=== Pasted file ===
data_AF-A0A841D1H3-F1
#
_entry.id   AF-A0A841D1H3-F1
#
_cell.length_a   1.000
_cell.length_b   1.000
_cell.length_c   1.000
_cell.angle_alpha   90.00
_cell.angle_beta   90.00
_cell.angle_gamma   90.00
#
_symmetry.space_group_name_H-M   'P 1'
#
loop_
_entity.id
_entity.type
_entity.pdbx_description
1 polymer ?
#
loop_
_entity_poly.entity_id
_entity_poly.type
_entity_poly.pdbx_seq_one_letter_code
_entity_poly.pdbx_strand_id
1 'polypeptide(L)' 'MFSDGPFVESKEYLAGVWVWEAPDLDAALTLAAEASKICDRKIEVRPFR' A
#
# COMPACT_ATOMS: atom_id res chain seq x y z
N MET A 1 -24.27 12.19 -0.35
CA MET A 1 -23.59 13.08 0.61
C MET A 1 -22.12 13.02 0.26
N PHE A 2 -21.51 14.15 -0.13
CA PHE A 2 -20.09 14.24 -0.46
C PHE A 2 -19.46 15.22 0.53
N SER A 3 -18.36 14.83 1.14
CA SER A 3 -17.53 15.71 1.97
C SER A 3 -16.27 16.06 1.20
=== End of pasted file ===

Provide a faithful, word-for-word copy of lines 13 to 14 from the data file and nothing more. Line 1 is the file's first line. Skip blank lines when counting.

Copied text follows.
#
loop_